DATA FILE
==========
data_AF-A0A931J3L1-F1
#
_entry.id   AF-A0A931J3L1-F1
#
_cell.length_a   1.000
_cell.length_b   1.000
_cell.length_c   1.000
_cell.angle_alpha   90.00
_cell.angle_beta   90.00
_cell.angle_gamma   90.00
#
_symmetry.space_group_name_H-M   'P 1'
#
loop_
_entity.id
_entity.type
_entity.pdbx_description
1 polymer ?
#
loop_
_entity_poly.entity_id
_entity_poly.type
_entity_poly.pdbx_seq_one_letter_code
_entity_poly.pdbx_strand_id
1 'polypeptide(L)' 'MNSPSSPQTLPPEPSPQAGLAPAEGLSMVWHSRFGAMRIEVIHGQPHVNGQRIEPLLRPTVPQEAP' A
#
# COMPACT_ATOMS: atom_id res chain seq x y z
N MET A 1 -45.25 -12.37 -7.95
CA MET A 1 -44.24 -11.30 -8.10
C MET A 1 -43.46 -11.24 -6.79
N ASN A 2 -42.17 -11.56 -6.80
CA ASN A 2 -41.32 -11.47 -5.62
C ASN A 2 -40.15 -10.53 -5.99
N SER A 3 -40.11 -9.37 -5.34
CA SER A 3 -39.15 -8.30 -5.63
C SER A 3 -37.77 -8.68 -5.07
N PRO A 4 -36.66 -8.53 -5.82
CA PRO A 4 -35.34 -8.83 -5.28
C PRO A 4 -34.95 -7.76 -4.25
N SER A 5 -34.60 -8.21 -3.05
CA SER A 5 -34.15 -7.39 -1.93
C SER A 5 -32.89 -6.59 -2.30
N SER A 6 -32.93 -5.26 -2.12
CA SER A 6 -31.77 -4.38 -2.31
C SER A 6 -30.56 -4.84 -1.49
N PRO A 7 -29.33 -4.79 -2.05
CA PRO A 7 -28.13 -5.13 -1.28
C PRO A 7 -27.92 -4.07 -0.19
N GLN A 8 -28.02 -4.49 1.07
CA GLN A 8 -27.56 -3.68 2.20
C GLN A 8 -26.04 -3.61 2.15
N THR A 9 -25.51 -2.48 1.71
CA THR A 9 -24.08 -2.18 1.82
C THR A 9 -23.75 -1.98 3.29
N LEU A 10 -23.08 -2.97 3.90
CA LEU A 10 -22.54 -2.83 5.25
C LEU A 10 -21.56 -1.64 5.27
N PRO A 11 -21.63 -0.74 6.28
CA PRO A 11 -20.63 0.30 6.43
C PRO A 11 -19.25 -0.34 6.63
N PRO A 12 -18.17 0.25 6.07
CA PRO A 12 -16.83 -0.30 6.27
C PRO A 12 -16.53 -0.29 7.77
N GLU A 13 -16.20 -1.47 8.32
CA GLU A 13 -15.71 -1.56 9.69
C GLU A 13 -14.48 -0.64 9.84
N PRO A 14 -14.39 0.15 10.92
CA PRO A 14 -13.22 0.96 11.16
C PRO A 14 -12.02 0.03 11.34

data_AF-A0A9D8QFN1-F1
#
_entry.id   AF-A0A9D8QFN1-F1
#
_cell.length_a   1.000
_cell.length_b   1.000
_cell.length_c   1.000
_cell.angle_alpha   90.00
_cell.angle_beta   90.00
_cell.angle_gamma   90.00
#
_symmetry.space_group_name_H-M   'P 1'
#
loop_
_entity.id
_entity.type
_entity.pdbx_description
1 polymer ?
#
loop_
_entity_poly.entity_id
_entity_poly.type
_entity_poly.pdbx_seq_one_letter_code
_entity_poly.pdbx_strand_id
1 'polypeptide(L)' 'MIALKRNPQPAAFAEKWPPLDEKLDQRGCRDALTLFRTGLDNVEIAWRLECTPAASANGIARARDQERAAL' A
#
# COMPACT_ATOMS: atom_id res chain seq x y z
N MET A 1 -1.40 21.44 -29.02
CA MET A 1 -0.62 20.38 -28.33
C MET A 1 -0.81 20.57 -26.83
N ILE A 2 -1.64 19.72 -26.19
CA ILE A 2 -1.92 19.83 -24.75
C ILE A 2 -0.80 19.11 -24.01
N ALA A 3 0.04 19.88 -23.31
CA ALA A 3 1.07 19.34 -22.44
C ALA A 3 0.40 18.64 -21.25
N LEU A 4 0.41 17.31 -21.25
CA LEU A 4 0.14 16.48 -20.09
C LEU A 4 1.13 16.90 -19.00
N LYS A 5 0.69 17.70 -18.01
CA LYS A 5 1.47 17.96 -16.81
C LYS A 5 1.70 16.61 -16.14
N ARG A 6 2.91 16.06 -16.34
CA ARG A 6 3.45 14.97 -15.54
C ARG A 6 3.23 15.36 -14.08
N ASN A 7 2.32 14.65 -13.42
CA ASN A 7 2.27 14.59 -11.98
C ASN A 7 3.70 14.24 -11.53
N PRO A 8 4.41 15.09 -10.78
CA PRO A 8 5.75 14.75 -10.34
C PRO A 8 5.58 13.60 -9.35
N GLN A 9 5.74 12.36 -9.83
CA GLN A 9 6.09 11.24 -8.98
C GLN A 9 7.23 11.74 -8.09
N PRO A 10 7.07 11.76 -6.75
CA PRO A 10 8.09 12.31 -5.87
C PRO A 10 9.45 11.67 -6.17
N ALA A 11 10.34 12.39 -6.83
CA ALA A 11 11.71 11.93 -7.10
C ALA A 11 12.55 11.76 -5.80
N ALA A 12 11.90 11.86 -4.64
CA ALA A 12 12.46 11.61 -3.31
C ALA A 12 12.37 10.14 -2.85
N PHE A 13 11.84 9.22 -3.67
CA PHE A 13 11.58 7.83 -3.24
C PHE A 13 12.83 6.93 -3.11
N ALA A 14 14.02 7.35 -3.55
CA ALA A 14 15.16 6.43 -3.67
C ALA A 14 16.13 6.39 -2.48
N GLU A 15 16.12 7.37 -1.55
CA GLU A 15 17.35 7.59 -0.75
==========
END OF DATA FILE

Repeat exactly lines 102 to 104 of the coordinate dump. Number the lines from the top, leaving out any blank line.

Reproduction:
C ILE A 2 -0.80 19.11 -24.01
N ALA A 3 0.04 19.88 -23.31
CA ALA A 3 1.07 19.34 -22.44